DNS-over-HTTPS (DoH for short) is a standard developed by the IETF (under the RFC 8484 designation) to solve privacy concerns in DNS communication.
DNS Privacy: a primer
As we’ve talked about before, using DNS has been done in cleartext: the queries and responses between both the end user (applications, or stub resolvers, such as a browser) and the (first-hop) DNS resolver and the resolver and the DNS nameserver(s) are unencrypted by default.
While DNSSEC extensions were developed early on, they only added response integrity and not privacy. As IETF states, “either privacy was not considered a requirement for DNS traffic or it was assumed that network traffic was sufficiently private.”
In recent years, however, that changed. Privacy has become a central concern and addressing it has spawned numerous solutions, such as DNS-over-HTTPS (DoH).
DoH conducts DNS operations using secure http urls and mapping DNS queries and responses into http exchanges, using default media formatting types.
While DoH uses existing protocols for communication, the IETF emphasizes that “[The] described approach is more than a tunnel over HTTP.” Aligned with existing http features, DNS servers and clients supporting DoH are called ‘DoH server’ and ‘DoH client’ respectively, as they can be used for more than only DNS.
While DNS-over-HTTPS and DNS-over-TLS are colloquially used as different protocols, because DoH uses https it also includes TLS security. The key difference between DoH and DoT is the manner in which DNS operations are conducted.
DoH in action
DoH clients are configured with a URI template containing the url structure for DNS resolution. The client then uses a GET or POST method to send an encoded DNS query.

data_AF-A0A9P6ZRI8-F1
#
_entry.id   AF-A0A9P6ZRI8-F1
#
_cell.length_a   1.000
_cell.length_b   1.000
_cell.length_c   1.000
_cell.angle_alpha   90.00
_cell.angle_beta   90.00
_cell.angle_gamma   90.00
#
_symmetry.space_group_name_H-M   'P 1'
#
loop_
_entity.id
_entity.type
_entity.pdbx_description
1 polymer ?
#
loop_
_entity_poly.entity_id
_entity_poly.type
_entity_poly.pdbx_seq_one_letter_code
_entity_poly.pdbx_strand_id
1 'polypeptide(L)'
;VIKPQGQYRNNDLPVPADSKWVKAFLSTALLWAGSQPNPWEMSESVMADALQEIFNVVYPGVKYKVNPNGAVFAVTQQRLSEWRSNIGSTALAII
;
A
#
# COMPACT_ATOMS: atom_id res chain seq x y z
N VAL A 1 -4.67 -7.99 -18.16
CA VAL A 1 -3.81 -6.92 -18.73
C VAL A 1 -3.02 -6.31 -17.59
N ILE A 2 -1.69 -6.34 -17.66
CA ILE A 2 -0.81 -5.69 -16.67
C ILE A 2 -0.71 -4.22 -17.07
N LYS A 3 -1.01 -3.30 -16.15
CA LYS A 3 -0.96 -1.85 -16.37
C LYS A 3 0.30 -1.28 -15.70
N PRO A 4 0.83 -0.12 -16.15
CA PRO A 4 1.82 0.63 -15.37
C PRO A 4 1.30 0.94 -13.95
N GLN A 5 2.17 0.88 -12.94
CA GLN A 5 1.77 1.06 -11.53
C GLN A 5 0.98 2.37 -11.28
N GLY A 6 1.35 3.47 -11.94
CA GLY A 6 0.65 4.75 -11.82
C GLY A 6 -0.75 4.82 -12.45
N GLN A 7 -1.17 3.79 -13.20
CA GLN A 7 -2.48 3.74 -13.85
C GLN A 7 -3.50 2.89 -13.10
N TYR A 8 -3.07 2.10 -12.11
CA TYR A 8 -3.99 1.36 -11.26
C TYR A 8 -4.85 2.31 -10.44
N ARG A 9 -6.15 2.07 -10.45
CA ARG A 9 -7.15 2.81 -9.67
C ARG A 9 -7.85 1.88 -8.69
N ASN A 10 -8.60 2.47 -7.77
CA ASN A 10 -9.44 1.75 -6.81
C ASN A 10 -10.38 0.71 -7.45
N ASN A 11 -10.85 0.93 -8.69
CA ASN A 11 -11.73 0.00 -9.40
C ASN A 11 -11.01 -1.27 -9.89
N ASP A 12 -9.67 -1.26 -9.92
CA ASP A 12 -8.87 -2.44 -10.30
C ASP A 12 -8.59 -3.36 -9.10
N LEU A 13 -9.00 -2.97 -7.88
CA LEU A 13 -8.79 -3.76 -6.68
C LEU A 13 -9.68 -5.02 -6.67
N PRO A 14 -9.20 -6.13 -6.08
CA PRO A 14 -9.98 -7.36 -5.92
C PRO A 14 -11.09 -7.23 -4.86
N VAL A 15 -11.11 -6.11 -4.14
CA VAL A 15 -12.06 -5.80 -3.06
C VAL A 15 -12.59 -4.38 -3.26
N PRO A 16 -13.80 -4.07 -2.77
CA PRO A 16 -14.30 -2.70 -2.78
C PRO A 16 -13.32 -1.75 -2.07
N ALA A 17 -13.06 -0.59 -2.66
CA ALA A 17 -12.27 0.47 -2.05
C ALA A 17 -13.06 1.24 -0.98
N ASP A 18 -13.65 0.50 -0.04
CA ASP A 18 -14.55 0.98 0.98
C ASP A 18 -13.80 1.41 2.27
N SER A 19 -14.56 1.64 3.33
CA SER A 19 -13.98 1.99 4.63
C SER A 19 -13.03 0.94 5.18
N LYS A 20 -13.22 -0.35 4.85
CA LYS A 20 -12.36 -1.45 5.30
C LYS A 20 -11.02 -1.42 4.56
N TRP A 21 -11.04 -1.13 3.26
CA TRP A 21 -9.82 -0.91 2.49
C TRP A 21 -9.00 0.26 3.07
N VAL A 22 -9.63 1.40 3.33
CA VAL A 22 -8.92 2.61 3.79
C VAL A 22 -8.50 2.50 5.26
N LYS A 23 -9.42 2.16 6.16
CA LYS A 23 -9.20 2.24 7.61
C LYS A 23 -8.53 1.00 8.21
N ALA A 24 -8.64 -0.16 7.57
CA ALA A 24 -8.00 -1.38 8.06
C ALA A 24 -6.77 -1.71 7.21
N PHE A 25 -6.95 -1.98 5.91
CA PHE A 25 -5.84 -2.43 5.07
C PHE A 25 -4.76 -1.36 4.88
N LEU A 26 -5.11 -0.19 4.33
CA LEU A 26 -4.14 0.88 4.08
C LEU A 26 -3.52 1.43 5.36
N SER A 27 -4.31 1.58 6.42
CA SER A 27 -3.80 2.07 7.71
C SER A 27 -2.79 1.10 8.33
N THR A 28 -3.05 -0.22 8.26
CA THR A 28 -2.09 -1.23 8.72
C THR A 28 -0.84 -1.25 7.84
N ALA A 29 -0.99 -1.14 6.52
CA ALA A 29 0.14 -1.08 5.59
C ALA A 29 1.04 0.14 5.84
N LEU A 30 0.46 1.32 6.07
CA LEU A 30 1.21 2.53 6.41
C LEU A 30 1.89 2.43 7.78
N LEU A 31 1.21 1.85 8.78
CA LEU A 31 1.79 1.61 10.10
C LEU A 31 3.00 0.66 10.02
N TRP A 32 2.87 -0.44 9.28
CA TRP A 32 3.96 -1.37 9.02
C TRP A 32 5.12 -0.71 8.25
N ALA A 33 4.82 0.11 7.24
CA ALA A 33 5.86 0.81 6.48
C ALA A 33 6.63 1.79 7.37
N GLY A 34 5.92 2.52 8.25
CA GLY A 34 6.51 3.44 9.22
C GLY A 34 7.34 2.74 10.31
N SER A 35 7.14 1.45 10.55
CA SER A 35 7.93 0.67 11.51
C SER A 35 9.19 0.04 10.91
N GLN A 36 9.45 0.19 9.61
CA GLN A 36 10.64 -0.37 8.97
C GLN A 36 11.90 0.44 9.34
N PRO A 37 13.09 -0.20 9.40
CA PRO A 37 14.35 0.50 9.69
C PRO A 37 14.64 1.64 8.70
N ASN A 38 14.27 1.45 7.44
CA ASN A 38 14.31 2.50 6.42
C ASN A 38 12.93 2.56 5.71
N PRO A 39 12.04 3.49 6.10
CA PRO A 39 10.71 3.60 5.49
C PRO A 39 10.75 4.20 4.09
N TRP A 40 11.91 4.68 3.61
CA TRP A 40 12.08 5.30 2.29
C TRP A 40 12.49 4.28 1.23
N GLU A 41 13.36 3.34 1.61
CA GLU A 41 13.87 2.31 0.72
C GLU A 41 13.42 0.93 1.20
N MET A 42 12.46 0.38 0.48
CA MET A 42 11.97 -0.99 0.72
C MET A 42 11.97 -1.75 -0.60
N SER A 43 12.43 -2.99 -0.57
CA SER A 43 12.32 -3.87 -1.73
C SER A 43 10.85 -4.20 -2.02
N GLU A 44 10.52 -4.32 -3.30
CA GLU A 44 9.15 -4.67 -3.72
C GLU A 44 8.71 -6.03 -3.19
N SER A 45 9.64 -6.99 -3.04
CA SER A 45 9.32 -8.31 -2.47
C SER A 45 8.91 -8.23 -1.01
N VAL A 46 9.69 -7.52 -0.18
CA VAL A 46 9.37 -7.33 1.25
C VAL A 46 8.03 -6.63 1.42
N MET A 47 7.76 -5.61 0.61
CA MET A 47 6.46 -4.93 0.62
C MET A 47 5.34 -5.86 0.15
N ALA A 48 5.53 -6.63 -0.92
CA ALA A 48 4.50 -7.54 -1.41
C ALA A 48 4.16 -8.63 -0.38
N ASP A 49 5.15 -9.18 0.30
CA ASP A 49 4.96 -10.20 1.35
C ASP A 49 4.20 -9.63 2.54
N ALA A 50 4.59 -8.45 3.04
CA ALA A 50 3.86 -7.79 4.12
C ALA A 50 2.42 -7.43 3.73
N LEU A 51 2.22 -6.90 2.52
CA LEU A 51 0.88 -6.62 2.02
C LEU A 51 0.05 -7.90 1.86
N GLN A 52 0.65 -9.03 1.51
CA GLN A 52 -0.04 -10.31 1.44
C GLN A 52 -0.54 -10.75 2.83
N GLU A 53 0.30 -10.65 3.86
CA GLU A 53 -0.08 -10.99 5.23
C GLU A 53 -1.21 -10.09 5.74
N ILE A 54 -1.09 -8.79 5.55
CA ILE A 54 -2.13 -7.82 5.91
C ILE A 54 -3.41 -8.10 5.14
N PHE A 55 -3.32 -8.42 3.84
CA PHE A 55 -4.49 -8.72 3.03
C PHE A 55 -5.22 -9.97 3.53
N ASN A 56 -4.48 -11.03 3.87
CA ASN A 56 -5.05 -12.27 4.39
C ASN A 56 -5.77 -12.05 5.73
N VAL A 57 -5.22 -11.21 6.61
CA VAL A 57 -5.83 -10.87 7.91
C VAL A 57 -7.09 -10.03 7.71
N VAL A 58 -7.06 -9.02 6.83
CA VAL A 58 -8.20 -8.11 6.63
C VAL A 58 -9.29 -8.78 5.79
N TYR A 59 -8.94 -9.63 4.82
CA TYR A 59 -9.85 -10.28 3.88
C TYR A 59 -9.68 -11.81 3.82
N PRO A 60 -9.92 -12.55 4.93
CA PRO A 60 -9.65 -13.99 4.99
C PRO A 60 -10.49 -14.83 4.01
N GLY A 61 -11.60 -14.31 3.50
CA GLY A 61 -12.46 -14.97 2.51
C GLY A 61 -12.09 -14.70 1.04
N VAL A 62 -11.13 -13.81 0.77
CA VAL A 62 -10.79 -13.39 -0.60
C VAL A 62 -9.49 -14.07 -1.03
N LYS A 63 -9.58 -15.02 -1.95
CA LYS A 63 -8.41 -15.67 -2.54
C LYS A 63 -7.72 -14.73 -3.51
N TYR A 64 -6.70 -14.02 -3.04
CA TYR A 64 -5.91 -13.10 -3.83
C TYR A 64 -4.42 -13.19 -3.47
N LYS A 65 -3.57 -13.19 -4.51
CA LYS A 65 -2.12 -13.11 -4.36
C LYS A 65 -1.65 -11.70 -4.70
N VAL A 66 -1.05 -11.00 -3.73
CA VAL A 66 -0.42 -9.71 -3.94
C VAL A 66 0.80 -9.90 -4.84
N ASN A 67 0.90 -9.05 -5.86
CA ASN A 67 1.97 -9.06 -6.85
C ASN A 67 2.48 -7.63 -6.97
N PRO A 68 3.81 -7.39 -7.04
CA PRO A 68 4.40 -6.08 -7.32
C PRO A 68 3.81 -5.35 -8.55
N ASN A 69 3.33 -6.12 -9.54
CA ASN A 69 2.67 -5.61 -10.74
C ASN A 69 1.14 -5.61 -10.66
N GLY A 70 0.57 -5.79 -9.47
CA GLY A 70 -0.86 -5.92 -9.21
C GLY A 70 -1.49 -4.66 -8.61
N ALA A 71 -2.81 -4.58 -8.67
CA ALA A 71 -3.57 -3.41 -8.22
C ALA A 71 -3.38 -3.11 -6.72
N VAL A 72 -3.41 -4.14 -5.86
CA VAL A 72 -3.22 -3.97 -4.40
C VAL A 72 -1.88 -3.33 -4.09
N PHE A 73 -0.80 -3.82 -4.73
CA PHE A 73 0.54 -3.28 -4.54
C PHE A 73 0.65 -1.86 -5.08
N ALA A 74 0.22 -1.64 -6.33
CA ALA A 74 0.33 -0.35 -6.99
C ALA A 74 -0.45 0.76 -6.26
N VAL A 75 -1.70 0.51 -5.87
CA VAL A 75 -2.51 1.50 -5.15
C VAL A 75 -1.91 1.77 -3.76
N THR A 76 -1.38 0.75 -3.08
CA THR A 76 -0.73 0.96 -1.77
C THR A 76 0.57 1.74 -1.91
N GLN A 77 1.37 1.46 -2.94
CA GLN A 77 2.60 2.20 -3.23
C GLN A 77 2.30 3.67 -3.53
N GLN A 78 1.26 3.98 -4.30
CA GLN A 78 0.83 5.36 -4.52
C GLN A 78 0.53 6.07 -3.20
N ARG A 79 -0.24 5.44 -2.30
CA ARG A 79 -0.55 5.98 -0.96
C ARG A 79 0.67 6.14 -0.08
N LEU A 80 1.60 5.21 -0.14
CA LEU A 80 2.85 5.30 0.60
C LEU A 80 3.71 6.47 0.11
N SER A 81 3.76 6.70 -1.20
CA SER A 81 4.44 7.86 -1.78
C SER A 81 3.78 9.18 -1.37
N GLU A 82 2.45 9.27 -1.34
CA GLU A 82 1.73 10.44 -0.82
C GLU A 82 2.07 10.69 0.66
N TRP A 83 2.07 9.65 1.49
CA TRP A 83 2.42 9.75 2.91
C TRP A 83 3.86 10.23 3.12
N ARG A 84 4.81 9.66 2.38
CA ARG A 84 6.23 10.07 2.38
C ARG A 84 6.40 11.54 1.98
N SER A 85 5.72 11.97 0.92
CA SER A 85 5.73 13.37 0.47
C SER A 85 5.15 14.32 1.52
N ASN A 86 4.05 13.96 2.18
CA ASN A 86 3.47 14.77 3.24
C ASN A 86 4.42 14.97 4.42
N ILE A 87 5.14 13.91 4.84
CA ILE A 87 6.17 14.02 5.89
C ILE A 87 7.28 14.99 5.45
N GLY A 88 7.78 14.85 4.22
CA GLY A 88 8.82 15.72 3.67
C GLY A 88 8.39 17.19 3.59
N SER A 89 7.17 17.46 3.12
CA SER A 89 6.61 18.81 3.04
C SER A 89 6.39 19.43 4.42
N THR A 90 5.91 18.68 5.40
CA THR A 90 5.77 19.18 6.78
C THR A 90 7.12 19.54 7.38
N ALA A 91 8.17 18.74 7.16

DNS-over-HTTPS uses standard https traffic (via port 443) to communicate. Because DNS communication is done through standard https methods and resides within https traffic, overhead for DoH is low.
DNS-over-HTTPS is a newer protocol than DNS-over-TLS. DoH has had less testing and research than DoT, but because it aligns with https as an underlying transport protocol, it is less susceptible to issues other than those associated with https itself.
DoH, though still young, has successfully leveraged the existing ecosystem of native web applications and APIs. It can create more efficient (and private!) communications with DNS.
Arguments against DNS-over-HTTPS (in its current form) stem more from operational considerations. Whereas DoT can be controlled because of its use of a single and unique port, DoH is almost impossible to control or filter.
DNS privacy (DoH, as well as DoT and other solutions) is a good representation of the operational shifts network managers and architects face. DNS-over-HTTPS in particular is a solution born from a public networking mindset. Traditional corporate network operations that are increasingly dependent on cloud services and experience an influx of connected devices through IoT and BYOD, have to re-adjust.
But DNS privacy also means that the opportunity for corporate network managers and architects is more pertinent than ever before. DoH, DoT, and other solutions are young and still forming. Whereas the question before centered around ‘adoption’ of protocols, these new technologies offer a chance to ‘influence’. Ongoing participation in the conversation and debate over the merits and shortcomings of each is necessary.
Additionally, pilot programs, particularly those run in regulated, corporate environments, are invaluable to both the developers of DNS privacy solutions as well as the network managers and architects who will be charged with implementing it.